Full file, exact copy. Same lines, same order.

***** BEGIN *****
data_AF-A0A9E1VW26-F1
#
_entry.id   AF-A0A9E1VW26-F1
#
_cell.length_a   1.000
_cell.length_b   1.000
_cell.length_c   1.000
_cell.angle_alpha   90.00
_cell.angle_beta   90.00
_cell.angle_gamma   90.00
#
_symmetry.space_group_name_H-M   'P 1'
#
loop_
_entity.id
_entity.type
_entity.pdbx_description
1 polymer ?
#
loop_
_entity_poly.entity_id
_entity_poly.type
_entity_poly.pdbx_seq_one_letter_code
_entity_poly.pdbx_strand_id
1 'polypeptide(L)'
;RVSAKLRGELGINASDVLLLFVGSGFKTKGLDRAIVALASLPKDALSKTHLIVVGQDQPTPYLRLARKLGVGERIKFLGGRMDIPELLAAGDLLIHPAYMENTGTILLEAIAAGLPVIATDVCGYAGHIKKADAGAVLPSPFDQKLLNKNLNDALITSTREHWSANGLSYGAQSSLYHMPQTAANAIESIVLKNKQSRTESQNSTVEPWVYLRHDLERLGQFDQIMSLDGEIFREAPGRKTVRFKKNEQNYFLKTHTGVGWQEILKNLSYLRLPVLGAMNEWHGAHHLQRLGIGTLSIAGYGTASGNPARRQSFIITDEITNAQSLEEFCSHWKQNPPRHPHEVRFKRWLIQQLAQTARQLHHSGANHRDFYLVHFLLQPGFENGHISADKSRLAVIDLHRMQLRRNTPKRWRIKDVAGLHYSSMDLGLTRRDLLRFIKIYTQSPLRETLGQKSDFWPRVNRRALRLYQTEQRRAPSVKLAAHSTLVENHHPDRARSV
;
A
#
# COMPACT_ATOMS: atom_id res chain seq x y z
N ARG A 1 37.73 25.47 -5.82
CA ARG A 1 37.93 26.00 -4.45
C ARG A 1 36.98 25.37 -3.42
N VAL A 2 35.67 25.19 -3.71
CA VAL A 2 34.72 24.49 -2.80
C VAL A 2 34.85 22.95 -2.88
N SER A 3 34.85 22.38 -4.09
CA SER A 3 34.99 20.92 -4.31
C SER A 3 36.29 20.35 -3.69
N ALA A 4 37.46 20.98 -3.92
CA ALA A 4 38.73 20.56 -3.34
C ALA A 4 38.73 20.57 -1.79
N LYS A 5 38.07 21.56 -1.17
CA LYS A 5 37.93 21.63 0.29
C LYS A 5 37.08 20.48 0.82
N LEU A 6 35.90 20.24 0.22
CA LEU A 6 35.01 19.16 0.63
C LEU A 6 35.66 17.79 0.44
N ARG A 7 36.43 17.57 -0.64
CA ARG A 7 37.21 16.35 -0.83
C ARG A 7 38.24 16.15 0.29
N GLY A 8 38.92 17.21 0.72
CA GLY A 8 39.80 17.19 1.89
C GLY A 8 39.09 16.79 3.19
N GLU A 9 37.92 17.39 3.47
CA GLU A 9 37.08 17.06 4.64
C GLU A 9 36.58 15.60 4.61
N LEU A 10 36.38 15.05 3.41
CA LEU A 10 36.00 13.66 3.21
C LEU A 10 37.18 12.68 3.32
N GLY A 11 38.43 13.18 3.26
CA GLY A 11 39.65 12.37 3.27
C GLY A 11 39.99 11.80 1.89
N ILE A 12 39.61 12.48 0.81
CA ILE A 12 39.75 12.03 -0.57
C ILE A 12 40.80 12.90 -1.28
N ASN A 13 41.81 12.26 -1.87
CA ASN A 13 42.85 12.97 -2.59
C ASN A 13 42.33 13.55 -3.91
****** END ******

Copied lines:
data_AF-A0A9E1VW26-F1
#
_entry.id   AF-A0A9E1VW26-F1
#
_cell.length_a   1.000
_cell.length_b   1.000
_cell.length_c   1.000
_cell.angle_alpha   90.00
_cell.angle_beta   90.00
_cell.angle_gamma   90.00
#
_symmetry.space_group_name_H-M   'P 1'
#
loop_
_entity.id
_entity.type
_entity.pdbx_description
1 polymer ?
#
loop_
_entity_poly.entity_id
_entity_poly.type
_entity_poly.pdbx_seq_one_letter_code
_entity_poly.pdbx_strand_id
1 'polypeptide(L)'
;RVSAKLRGELGINASDVLLLFVGSGFKTKGLDRAIVALASLPKDALSKTHLIVVGQDQPTPYLRLARKLGVGERIKFLGGRMDIPELLAAGDLLIHPAYMENTGTILLEAIAAGLPVIATDVCGYAGHIKKADAGAVLPSPFDQKLLNKNLNDALITSTREHWSANGLSYGAQSSLYHMPQTAANAIESIVLKNKQSRTESQNSTVEPWVYLRHDLERLGQFDQIMSLDGEIFREAPGRKTVRFKKNEQNYFLKTHTGVGWQEILKNLSYLRLPVLGAMNEWHGAHHLQRLGIGTLSIAGYGTASGNPARRQSFIITDEITNAQSLEEFCSHWKQNPPRHPHEVRFKRWLIQQLAQTARQLHHSGANHRDFYLVHFLLQPGFENGHISADKSRLAVIDLHRMQLRRNTPKRWRIKDVAGLHYSSMDLGLTRRDLLRFIKIYTQSPLRETLGQKSDFWPRVNRRALRLYQTEQRRAPSVKLAAHSTLVENHHPDRARSV
;
A
#
# COMPACT_ATOMS: atom_id res chain seq x y z
N ARG A 1 37.73 25.47 -5.82
CA ARG A 1 37.93 26.00 -4.45
C ARG A 1 36.98 25.37 -3.42
N VAL A 2 35.67 25.19 -3.71
CA VAL A 2 34.72 24.49 -2.80
C VAL A 2 34.85 22.95 -2.88
N SER A 3 34.85 22.38 -4.09
CA SER A 3 34.99 20.92 -4.31
C SER A 3 36.29 20.35 -3.69
N ALA A 4 37.46 20.98 -3.92
CA ALA A 4 38.73 20.56 -3.34
C ALA A 4 38.73 20.57 -1.79
N LYS A 5 38.07 21.56 -1.17
CA LYS A 5 37.93 21.63 0.29
C LYS A 5 37.08 20.48 0.82
N LEU A 6 35.90 20.24 0.22
CA LEU A 6 35.01 19.16 0.63
C LEU A 6 35.66 17.79 0.44
N ARG A 7 36.43 17.57 -0.64
CA ARG A 7 37.21 16.35 -0.83
C ARG A 7 38.24 16.15 0.29
N GLY A 8 38.92 17.21 0.72
CA GLY A 8 39.80 17.19 1.89
C GLY A 8 39.09 16.79 3.19
N GLU A 9 37.92 17.39 3.47
CA GLU A 9 37.08 17.06 4.64
C GLU A 9 36.58 15.60 4.61
N LEU A 10 36.38 15.05 3.41
CA LEU A 10 36.00 13.66 3.21
C LEU A 10 37.18 12.68 3.32
N GLY A 11 38.43 13.18 3.26
CA GLY A 11 39.65 12.37 3.27
C GLY A 11 39.99 11.80 1.89
N ILE A 12 39.61 12.48 0.81
CA ILE A 12 39.75 12.03 -0.57
C ILE A 12 40.80 12.90 -1.28
N ASN A 13 41.81 12.26 -1.87
CA ASN A 13 42.85 12.97 -2.59
C ASN A 13 42.33 13.55 -3.91